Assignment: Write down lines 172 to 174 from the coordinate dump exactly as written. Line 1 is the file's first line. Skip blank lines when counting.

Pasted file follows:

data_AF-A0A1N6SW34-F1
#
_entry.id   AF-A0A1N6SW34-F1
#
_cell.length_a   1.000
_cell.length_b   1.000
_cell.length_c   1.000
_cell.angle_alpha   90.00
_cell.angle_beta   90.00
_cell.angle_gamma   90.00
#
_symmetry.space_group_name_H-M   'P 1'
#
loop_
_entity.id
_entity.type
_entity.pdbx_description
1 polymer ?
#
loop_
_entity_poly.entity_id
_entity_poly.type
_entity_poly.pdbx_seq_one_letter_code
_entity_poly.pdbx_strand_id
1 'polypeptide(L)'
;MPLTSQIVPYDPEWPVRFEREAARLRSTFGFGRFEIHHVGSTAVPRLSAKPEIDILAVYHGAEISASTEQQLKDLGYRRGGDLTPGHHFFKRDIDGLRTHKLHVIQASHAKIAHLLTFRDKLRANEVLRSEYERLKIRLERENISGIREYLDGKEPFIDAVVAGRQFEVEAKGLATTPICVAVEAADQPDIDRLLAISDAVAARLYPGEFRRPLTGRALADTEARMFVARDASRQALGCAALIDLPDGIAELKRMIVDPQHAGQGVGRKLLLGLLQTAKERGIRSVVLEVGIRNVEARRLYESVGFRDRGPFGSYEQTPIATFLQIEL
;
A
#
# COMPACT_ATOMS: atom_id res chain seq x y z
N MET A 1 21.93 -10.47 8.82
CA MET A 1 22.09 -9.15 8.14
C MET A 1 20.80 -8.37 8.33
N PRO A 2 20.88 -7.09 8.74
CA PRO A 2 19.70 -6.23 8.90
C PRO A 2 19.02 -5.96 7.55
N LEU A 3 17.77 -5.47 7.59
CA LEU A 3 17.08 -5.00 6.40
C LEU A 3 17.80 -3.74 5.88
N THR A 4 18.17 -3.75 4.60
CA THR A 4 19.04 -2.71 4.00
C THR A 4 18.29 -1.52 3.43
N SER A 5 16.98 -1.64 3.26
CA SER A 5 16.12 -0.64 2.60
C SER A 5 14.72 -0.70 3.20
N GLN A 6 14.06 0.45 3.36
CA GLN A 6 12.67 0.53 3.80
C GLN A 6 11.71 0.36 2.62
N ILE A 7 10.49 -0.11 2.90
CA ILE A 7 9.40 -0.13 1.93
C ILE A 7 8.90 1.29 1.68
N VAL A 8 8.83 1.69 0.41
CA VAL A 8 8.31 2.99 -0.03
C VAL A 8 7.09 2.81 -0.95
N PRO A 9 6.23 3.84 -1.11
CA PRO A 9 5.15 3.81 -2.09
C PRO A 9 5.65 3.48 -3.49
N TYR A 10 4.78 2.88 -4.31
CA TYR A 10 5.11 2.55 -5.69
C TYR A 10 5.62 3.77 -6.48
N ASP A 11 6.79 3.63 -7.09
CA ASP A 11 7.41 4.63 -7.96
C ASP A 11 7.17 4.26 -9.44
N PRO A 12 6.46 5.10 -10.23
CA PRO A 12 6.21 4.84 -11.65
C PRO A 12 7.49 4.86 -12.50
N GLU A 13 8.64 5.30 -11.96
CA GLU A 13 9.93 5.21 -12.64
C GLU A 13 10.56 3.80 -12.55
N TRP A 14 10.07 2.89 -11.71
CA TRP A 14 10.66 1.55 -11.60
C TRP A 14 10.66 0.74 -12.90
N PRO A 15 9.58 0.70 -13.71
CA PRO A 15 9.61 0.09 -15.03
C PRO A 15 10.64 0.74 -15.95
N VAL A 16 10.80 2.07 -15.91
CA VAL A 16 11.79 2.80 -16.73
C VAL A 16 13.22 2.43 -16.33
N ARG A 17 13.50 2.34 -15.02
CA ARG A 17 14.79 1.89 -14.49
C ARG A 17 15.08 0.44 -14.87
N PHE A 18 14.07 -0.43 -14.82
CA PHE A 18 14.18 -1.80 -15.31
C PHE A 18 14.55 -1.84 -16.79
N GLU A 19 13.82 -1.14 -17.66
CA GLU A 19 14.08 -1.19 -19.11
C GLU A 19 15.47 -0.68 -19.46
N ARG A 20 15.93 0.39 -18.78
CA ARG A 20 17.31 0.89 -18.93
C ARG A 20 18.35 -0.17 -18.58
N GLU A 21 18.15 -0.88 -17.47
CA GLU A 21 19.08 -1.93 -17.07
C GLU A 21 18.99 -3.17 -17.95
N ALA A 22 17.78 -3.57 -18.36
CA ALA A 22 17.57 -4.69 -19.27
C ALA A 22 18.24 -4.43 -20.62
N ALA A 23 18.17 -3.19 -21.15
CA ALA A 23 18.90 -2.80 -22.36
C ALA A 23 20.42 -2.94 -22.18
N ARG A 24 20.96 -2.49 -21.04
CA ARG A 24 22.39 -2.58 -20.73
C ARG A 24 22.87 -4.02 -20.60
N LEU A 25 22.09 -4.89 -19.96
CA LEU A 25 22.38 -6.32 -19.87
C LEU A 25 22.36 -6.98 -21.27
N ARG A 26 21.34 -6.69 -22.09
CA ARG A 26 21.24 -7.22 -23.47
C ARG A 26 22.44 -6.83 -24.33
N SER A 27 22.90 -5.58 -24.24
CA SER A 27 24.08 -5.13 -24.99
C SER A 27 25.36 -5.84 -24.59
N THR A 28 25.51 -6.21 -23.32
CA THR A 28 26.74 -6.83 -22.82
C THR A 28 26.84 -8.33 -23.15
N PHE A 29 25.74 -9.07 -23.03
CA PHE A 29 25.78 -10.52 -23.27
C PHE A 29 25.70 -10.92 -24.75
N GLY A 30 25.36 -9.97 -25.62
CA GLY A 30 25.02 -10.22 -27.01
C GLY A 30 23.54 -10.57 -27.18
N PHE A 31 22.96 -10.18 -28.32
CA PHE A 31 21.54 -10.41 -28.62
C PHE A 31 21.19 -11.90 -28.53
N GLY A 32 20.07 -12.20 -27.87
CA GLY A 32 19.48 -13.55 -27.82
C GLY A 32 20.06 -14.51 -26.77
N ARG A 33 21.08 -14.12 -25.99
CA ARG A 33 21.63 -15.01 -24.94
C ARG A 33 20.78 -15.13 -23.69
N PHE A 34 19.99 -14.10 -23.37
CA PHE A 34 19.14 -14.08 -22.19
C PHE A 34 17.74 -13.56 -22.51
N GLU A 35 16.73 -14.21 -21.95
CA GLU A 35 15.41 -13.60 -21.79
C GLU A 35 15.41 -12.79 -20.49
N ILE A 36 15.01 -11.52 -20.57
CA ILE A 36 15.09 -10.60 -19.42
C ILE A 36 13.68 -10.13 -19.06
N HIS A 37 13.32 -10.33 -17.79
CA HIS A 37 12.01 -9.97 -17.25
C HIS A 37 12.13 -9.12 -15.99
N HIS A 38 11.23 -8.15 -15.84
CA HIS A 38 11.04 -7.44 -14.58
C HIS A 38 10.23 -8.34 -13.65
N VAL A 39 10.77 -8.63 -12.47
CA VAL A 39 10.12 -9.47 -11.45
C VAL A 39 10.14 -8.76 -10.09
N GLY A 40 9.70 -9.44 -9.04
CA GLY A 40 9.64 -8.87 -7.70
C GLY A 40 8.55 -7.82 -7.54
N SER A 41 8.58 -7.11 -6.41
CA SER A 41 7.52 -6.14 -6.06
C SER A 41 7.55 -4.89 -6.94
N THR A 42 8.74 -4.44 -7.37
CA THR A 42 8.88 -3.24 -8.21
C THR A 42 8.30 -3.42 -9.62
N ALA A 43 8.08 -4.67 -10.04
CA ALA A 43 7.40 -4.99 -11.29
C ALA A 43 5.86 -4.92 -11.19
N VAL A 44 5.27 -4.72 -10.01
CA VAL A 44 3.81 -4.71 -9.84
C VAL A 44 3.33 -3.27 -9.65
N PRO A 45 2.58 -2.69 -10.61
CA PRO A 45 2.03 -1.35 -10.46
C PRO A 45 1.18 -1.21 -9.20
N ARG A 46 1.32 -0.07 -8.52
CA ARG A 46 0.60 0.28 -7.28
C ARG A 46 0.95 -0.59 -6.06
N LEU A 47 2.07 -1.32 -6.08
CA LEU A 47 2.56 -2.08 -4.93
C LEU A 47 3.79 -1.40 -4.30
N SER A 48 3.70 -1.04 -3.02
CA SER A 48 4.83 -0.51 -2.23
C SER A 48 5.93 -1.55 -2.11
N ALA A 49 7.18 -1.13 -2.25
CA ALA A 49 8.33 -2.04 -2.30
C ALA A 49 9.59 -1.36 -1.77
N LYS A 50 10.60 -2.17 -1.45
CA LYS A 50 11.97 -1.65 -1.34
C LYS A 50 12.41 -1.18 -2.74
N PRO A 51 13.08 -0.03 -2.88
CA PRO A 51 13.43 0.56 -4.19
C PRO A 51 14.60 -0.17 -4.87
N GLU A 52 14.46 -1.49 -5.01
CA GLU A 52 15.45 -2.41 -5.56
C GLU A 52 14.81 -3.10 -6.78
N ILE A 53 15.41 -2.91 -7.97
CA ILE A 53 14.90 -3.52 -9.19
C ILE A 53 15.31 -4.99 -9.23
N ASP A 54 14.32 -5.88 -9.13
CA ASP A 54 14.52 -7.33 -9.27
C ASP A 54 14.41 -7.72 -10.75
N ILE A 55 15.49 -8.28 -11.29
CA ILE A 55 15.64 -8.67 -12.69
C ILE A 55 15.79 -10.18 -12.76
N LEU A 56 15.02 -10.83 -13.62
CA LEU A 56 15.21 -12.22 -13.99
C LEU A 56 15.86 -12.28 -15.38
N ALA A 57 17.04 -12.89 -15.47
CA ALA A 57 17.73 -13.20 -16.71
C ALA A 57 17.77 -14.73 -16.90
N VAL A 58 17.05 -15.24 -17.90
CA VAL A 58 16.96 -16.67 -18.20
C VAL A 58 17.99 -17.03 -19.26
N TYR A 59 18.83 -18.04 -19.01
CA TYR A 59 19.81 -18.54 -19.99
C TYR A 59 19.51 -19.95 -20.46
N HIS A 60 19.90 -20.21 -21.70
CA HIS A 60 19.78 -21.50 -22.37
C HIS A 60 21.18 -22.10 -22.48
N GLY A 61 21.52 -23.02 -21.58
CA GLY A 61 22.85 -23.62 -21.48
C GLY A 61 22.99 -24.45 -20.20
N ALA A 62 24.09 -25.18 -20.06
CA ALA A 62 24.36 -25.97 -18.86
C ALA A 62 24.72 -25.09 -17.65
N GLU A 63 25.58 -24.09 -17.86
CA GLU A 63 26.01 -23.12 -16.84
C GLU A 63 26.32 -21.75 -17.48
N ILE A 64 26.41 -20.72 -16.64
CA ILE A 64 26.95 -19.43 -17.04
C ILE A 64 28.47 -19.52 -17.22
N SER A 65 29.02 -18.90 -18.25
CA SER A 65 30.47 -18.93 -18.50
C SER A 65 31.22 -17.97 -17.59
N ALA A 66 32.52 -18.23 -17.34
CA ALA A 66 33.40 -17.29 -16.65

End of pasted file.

N SER A 48 3.70 -1.04 -3.02
CA SER A 48 4.83 -0.51 -2.23
C SER A 48 5.93 -1.55 -2.11